Don’t curse the darkness: light a candle

Whilst I will come back to the ‘Creating the future’ thinking, this week it’s Hannukah, so I wanted to stop for a minute and think about miracles, and gratitude. It’s a recurring theme in this blog, but it’s something which is central to how I think about mindful living – and let’s face it, more gratitude in this sometimes cold and scary world can only be a good thing.

Hannukah celebrates the story of power over adversity, and of accepting grace. It’a basd on a historical story from Jerusalem in 168 BC when the Greeek king Antiochus IV Epiphanes banned Jewish practice and defiled the Jewish Temple in the city by installing an alter to Zeus and sacrificing pigs. The Maccabees, a small army of Jews (and not a football team) rebelled, regaining control of the temple where they removed the false alter and worked to reconsecrate the temple. But there was only enough oil to burn for one day which wasn’t enough for the necessary rituals. And then the miracle occurred, and the oil burned for eight days.

Yes it did! http://www.hannahkallio.org

There’s a lot of discussion about how Hannukah was a minor Jewish festival which has become increasingly visible because it’s fun (candles, doughnuts and games – what’s not to like?!), and it’s usually around Christmas. But I love it because it’s a time of year to celebrate the miracles which surround us, and sit and stare in wonder.

But why does that matter? To me it matters because within the noise of the daily struggle, the challenges of striving and growing, the sheer astonishing, fierce, splendid grind of being human, we need to make time to be quiet. Not just to go inside yourself and see what’s there, but to get to the horizon where your power ends and feel your way into what higer power is with you.

Be a candle, lighting up a dark world. Photo by Claudio Schwarz on Unsplash

At Hannukah you usually say ‘a miracle happened here’ if you’re in Israel, but I like to say it because miracles are happening to and within us all, all the time. Rabbi Heschel, philosopher and civil rights activist who marched with Dr King, talks a lot about why taking time to recognise this matters, saying:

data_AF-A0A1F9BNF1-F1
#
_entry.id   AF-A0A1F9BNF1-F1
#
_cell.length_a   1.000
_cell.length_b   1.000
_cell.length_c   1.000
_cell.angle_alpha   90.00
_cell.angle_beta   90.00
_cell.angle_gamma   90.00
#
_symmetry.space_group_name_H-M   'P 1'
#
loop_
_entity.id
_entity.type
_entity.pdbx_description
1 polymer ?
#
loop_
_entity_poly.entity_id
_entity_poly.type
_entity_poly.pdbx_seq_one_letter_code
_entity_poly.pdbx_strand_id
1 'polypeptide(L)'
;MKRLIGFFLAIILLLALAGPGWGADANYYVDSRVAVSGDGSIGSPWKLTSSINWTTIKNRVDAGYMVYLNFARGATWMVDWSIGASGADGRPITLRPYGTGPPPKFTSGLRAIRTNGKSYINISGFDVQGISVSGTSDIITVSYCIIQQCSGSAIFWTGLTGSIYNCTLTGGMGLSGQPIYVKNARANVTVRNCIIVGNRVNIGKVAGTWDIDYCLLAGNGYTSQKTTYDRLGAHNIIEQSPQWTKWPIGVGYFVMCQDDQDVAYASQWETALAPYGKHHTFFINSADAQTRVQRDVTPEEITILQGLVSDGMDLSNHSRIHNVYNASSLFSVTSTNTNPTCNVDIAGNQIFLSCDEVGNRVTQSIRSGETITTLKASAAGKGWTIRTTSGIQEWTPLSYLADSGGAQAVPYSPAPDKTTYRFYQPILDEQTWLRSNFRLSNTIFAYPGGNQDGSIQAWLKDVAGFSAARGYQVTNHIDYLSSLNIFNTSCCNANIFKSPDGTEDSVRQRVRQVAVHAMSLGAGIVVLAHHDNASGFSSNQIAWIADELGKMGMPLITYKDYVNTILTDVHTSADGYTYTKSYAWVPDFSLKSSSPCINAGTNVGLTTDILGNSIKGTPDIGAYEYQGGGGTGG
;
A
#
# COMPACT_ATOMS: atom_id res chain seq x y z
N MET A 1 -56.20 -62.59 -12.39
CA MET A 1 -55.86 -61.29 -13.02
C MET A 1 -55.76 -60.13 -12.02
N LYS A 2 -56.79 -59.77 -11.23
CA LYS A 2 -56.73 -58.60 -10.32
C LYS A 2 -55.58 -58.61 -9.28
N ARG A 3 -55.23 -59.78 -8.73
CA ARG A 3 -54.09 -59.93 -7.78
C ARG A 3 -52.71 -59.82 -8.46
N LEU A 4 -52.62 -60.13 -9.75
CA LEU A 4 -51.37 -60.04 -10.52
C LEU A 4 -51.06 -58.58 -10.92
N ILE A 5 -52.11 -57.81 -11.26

People of our time are losing the power of celebration. Instead of celebrating we seek to be amused or entertained. Celebration is an active state, an act of expressing reverence or appreciation. To be entertained is a passive state: it is to receive pleasure afforded by an amusing act or a spectacle…. Celebration is a confrontation, giving attention to the transcendent meaning of one’s actions.

Source: The Wisdom of Heschel” ― Abraham Joshua Heschel

There’s a lot of evidence that gratitude makes you happier – that people who make time to be thankful have better health, stronger relationships, and are more robust. And it makes sense if you are focused on working toward your goals that not stopping to celebrate how far you’ve come will rob you of opportunities to be proud and joyful. And they are all feelings you need, to spur you on as you climb your next mountain.

From Epicurus, who was around at the same time as the sacking of the Temple

So this week,I suggest taking some time to pull over for a minute from the highway swerving of your day-to-day and taking a moment to celebrate what has happened in your life. A miracle happened here.